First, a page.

I was eight when Monica Lewinsky became famous for giving a blow job. I remember her only in the abstract: reading her name over and over again in my parents' newspaper at the breakfast table, seeing the same photos of her smiling with the President. I had no idea who she was, or what she had done. I just knew that everyone hated her.
A few years ago, I stumbled upon Lewinsky's in-the-thick-of-the-scandal interview with Barbara Walters from 1999. By then, of course, I knew the bare bones of what had happened: She had an affair — but not "sexual relations" — with Bill Clinton when she was a White House intern. She was 21 when the affair began, and she claimed to be in love with him.
Looking back, my lack of context and emotional baggage definitely affected the way I saw her in that interview: I was completely, inexplicably riveted. I wasn't sick to death of hearing about the blue dress, or Linda Tripp, or the cigar. I didn't have any sort of anger or bitterness or disgust toward her. All I saw was a young woman at the end of her rope, being dragged into the depths of humiliation in front of 74 million people. She was raw, she was emotional, and she was human. I knew she was a global punch line, but I found myself strangely full of respect for her honesty and candor — for her ability to keep her composure in the face of unimaginable pressure and shame.
This week finds everyone's favorite sex scandal being necromanced from its shadowy grave. In the years since, of course, all parties involved have theoretically moved on. Bill Clinton is now a prominent vegan who heroically rescues American journalists from North Korea; now, more than ever, he can do no wrong. Hillary, the only person who was arguably more screwed by the whole thing than Monica, has evolved from scorned wife to diplomatic hero to the presumptive first female President of the United States. (Although, I'd like to point out that while Bill hasn't had to deal publicly with the scandal in decades, Hillary still can't shake those hurtful, nasty Monica questions).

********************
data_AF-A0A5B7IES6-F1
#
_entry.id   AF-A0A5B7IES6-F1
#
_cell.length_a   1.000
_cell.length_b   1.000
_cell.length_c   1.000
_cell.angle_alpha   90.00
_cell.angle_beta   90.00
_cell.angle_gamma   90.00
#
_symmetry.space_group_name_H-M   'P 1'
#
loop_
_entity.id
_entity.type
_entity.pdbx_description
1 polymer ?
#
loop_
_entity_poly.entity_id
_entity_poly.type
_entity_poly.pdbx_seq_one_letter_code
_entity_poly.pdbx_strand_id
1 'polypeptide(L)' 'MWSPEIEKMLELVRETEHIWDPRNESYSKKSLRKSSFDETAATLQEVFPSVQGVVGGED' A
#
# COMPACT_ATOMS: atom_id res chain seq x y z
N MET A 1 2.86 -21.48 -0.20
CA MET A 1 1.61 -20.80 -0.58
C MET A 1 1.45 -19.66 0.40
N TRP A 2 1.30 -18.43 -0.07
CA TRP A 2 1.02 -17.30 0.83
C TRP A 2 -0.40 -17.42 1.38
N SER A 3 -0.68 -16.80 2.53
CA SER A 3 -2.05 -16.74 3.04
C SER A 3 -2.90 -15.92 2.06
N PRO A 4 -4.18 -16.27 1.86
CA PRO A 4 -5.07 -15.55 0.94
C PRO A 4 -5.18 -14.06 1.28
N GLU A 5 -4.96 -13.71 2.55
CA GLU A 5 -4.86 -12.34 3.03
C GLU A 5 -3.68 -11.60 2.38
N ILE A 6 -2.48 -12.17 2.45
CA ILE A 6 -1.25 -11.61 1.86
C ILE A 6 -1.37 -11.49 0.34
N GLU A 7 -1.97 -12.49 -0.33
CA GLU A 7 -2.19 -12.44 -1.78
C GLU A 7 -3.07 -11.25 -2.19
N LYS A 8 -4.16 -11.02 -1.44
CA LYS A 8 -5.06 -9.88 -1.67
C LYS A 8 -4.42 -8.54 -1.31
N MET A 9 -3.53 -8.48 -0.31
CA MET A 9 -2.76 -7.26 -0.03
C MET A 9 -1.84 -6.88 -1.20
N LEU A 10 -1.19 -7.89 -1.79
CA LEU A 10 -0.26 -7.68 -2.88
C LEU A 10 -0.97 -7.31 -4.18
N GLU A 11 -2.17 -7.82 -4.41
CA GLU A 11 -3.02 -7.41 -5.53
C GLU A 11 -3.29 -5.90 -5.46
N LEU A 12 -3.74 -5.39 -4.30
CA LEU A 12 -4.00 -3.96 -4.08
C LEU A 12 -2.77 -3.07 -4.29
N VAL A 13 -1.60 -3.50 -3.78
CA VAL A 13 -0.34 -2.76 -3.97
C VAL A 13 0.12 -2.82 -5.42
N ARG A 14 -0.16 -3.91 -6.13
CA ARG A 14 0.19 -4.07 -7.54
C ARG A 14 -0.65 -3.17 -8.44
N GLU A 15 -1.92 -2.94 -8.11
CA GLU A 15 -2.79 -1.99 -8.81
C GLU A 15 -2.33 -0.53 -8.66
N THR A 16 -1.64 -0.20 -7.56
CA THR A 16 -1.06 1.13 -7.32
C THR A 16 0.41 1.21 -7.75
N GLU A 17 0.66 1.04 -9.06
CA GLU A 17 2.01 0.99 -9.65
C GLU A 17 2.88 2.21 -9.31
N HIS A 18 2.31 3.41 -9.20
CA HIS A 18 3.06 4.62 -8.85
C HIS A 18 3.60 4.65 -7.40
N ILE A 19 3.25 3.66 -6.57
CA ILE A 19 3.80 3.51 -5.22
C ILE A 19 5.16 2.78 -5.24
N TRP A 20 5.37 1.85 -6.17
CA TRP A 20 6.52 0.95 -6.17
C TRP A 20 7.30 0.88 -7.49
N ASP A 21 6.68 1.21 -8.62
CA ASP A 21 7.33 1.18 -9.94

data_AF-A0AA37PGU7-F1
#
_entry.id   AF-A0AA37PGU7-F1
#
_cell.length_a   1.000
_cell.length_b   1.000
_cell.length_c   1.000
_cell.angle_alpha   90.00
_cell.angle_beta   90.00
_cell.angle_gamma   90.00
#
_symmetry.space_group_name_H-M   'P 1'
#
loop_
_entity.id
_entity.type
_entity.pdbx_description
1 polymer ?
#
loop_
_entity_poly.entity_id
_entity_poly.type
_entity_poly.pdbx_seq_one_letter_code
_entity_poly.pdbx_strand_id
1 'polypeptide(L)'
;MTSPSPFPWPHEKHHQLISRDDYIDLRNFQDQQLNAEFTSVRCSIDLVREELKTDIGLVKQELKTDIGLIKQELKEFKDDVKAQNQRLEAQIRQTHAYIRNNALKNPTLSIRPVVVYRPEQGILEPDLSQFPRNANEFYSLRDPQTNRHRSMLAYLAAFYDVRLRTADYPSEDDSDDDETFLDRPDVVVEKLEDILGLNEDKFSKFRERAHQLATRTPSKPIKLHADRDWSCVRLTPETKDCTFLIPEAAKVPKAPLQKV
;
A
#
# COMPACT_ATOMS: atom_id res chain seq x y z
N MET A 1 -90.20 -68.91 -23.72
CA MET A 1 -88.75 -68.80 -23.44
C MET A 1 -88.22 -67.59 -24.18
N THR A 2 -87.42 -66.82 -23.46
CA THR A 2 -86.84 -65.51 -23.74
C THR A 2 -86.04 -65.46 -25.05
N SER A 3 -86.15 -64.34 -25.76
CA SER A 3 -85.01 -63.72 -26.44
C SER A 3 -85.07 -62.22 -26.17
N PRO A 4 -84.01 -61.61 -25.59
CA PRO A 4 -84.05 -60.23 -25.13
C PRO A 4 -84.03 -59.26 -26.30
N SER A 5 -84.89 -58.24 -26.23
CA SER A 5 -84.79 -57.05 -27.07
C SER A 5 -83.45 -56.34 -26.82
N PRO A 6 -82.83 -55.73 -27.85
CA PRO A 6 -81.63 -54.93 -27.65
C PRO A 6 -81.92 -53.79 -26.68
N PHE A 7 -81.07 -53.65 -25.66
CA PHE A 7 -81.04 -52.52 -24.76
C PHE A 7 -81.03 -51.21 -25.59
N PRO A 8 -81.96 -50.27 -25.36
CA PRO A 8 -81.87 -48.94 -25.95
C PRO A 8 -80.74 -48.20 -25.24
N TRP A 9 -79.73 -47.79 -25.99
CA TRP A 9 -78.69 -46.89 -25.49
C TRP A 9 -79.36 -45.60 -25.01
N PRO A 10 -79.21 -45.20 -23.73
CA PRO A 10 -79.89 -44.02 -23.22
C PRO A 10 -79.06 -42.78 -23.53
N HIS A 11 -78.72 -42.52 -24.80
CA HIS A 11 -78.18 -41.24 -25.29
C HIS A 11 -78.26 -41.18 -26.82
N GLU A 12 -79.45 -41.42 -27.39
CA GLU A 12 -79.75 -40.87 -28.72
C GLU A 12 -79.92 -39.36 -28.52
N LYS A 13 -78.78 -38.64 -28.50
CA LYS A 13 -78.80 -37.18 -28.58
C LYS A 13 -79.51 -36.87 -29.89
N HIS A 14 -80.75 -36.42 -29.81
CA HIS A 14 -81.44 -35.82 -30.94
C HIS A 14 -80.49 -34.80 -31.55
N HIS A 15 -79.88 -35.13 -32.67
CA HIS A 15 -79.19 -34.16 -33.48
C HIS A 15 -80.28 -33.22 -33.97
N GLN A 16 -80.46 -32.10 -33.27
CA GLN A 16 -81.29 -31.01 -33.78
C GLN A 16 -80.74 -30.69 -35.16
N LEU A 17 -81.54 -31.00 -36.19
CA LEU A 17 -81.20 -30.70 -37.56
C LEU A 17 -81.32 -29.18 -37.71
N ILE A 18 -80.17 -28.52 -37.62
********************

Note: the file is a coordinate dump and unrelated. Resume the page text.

Which brings us back to Monica. Her recent Vanity Fair essay is hardly groundbreaking. She tells the same story she has always told: that the affair was consensual, that she regrets what happened, and that she has had trouble finding gainful employment despite a degree from the London School of Economics. What's much more interesting is the way the media have dealt with the Return of Monica after her 10 years spent (somewhat) under the radar. The NY Post has called her "whiny" and a "shame-filled recluse," while the LA Times had this gem to say: "We all know the story: In 1998, a horny 21-year-old White House intern flashes her thong at a horny commander-in-chief. A bad affair ensues." Jezebel doesn't seem to understand why we're "giving Monica Lewinsky 15 more minutes" of fame. To me, though, it seems like we all still have a lot to learn from what happened in 1998 — and from a woman who has remained strong after being crucified over and over again for having consensual sex.
Meanwhile, in order to cover up their affair, an innocent female staffer is arbitrarily framed and thrown to the dogs — eviscerated in the press in a way that's meant to feel all too familiar. That this sort of unbalanced sexual politics feels realistic and timely in 2014 is at once saddening and unsurprising. Just like in 1998, we continue to use women's sexuality to tear them down.
Even 16 years later, Monica remains a relevant example of the double standard women face when it comes to sexuality. Our culture still lacks the vocabulary to talk about women except in terms of where they fall on the "slut" continuum; while men can emerge unscathed from sex scandals and go on to bigger and better things, women remain stuck in the proverbial mud. It's no coincidence that Beyoncé, who is one of the most widely-embraced voices of our generation and is lauded for proudly and publicly delving into her own sexuality, refers to the act of male ejaculation as "Monica Lewinsky-ing" (not "Bill Clinton-ing") in her song "Partition." Whether directly or obliquely, we continue to shame women just for having sex.
And, it's not just women. In her Vanity Fair essay, Lewinsky points to Tyler Clementi — whose shame after being caught kissing a man led him to suicide — as her inspiration for coming forward again after all this time. It's an interesting connection, and speaks to the fact that our culture has a nasty habit of stigmatizing any sexuality other than that of straight (white) men. For even more proof, look no further than Dustin Lance Black, an Oscar winner who was disinvited to speak at his alma mater after photos of him having sex with his boyfriend surfaced on the Internet.
After reading about Clementi, Lewinsky says, "My own suffering took on a different meaning. Perhaps by sharing my story, I reasoned, I might be able to help others in their darkest moments of humiliation. The question became: How do I find and give a purpose to my past?" Regardless of what Jezebel or the LA Times might say, I think Monica's past — and our present — serve to remind us of how much we still have to learn about treating women with respect. As far as I'm concerned, Monica can have as many more minutes as she wants.